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Discussion Starter · #1 ·
Hello, I am a newbie home owner. I have a house that has brown paneling on the walls with unfinished crown molding, wood base trim, and trim around all of the interior doors. I want to paint the paneling as well as all wood base, trim and molding. The quarter round on the wood base is a lighter wood that separates the wood base and the wood floor. I want to keep the quarter round wood-stained.
Is there a particular order in which to paint these? or does it matter? The crown molding and trim work have never been painted, so would I have to use a primer on these as well as on the dark wood paneling? If so, what do you recommend?

Also, the nails used to attach the wood paneling are exposed. Do I need to tap those in with a nail punch and fill the holes prior to painting? If so, do I use wood filler or spackling? What do you recommend?
Thank you for your help!
 

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retired painter
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I'd set nails as needed first and fill the nail holes with painter's putty. Then prime your paneling. Next I would enamel the crown and stand up trim [doors/windows] then paint the walls and do the baseboard last. It may be a bit challenging to paint the base and not get any on the shoemold.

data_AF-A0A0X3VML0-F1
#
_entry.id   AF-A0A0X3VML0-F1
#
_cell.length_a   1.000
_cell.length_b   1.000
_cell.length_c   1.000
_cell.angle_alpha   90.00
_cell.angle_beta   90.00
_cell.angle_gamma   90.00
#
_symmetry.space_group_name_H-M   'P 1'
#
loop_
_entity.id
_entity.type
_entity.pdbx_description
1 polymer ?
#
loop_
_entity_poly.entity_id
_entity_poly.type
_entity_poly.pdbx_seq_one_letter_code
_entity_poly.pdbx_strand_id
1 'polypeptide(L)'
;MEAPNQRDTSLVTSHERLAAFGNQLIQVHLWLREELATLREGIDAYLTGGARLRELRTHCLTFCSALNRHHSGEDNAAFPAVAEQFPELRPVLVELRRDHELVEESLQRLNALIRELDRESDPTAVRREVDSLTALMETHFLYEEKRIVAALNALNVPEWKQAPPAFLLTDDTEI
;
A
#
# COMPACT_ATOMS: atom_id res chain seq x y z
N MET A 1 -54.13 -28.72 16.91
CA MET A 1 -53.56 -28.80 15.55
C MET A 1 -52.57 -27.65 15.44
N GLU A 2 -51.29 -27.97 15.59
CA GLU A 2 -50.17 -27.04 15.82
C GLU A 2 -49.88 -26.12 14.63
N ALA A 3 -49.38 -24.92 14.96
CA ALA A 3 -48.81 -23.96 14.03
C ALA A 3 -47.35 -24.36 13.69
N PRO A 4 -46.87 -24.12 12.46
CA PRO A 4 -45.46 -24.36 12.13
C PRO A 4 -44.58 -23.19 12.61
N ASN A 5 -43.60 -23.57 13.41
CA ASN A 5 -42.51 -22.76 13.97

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Discussion Starter · #3 ·
Thank you, Mark Sr, for your response. Would you recommend removing the shoemold prior to painting the base boards and then putting them back? Or is that more trouble than it is worth?
 

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Thank you, Mark Sr, for your response. Would you recommend removing the shoemold prior to painting the base boards and then putting them back? Or is that more trouble than it is worth?
Often time trying to remove old shoe molding results in damages to the molding, so instead do this:
Use a 24" painter guide, learn how to use it, and you won't need to remove the shoe molding.
You get it at the paint dept.
 

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retired painter
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I'd probably just opt for painting the shoe molding.

Most any thin straight piece of sheet metal will work as a shield. Be sure to wipe it off often so you don't transfer paint off of the shield onto what you are trying to keep clean. Tape is also an option but paint has a tendency to seep under tape so you'd want to remove it promptly in case you need to remove any paint that got under the tape.
 
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